I have discovered my new favorite bar. Babe's Cafe, where have you been my whole life? Bars on the West Side of Cincinnati are like nothing I have ever experienced before. First, they all claim to be the oldest bar on the West Side. Unless The Crow's Nest and Babe's Cafe were opened on the same day, they can't both be the oldest. History and tradition are important to Westsiders, even if effective advertising necessitates tweaking that history from time to time.
Westwood is Cincinnati's largest neighborhood, covering more than six square miles and housing over 35,000 residents. In comparison, Westwood is bigger than the eight combined neighborhoods directly to its east. Originally incorporated as a village in 1868, many of Cincinnati's wealthy citizens (including James Gamble from Procter & Gamble fame) built homes in Westwood to escape the Queen City's growing inner-city population.
Interestingly, Cincinnati's recent streetcar debate is nothing new. Shortly after incorporating, Westwood community leaders spearheaded a drive to construct a railroad that would help to overcome their transportation issues, ultimately making the area more attractive to new residents. In the mid-1870s, a narrow gauge railroad was born called the Cincinnati and Westwood Railroad. Unfortunately, it encountered financial problems almost from the start. (Sound familiar?) Operations came to a halt in 1886. (Sound familiarer?) Thankfully, the railroad was restarted a year later due to efforts of community leaders and was converted to a regular gauge in 1891. So, fellow Cincinnatians, all we have to do is wait another two decades and we'll be riding the rails of Cincinnati once again! Lovely.
In 1896, the village of Westwood was annexed into the city of Cincinnati. Seven years later, a red brick four-story building appeared at the corner of Applegate and Glenmore Ave. Seventy-four years after that, a bar formerly called Babe's Tap Room moved across the street into that brick building, and thirty-four years later, I walked into Babe's Cafe.
Tony might be my favorite bartender of all time. Anyone with a fresh tattoo written in Italian that reads, "Fear No Man," on his right bicep and, "Trust No Bitch," on his left bicep is my kind of dude. He was a friendly guy who was liked by everyone in the bar. When I asked if his tattoo was inspired by a specific woman, he said, "All of them." Well played, Tony. Well played.
The guy sitting next to me was even better. At one point, he excused himself to go home (he lived close) and smoke a bong. He returned about ten minutes later much more relaxed with a craving for Cheetos. I'm pretty sure that dude smokes a lot of weed, even though his pregnant girlfriend and small child live with him. The thing is, he didn't seem like a bad guy. I know "druggies" get a bad reputation in our society, but it's ironic that I was consuming an addictive drug (beer) that kills thousands of people every year, and I judged him for smoking an non-addictive drug (marijuana) that hasn't directly killed anyone. Silly laws.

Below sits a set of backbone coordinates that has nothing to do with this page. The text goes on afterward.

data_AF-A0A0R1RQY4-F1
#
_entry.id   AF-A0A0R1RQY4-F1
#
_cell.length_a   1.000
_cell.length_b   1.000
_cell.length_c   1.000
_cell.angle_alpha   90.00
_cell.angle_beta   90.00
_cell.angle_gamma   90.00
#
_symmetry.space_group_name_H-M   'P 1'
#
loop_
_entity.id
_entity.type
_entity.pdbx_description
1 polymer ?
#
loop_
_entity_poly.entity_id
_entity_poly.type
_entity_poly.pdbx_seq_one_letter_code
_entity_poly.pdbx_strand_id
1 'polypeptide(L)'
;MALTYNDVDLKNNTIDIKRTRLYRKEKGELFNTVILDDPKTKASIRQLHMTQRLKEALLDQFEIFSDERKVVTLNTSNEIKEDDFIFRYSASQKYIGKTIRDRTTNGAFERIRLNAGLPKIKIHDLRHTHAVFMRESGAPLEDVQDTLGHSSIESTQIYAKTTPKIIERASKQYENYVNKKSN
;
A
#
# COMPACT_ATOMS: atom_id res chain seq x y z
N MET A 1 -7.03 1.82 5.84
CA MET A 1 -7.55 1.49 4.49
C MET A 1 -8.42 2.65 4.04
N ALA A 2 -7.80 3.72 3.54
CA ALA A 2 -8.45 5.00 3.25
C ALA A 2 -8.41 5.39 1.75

In fact, my stool-mate seemed like a hard-working guy. He mentioned a long day of work at some factory job that seemed awful. Maybe self-medication is a reasonable way to survive blue collar jobs. I'm almost positive I don't have the physical or mental toughness to do what he does for a living. Teaching is easy; it's fun; it's rewarding. I went to school for many years and earned the right to enjoy my career, but I respect men and women who get their hands dirty every day at work. My dad supported his family by working in a factory for four decades. Maybe I am drawn to Westsiders because I see some of him in them (minus the weed ... I think).
I keep returning to this same point every week, but there's something about the West Side. I've spent more time on the rival side of Cincinnati during this experiment than I have in the previous thirty-four years combined. My impressions of Westsiders have always been low—poor, uneducated, and regressive topped the list. But something magical happens in their bars. A sense of community emerges that leaves me feeling jealous. There is little time for pretensions when everyone legitimately cares for others in the bar. They're friends. It was like walking into an episode of Cheers. Not only did everyone know everyone else's name, but they had all gone to the same wedding over the weekend. Literally. There must have been fifteen people in the bar, and they all attended the same wedding. Community like that seems so foreign to me. You mean, places exist where people actually care about others without trying to use them to get their personal needs met, manipulate them to further their own agenda, or abuse them to stroke their own ego? Trippy.
I knew I had found the right bar when, five minutes after I sat down, we witnessed a car accident outside the front door. Thankfully, no one was hurt, but it sure was fun drinking a beer as the two drivers confronted each other. I also enjoyed the honking, cursing, and bird-flipping as other drivers expressed their frustrations to the driver who refused to pull his car off to the side of the road. When a cop finally showed up, the first thing she had him do was move his car so it stopped blocking the intersection. Obviously. People are bizarre little creatures.
Also like The Crow's Nest, Babe's Cafe claims to be haunted by "strange things that go bump in the night." Their official Web site claims, "Unexplained occurrences make the owners wonder, but the exact history of this building's previous inhabitants is unknown."
The only unexplained occurrence I experienced in Westwood were a bunch of awesome people that continue challenging my misconceptions about bars, Cincinnati's West Side, and the Queen City itself.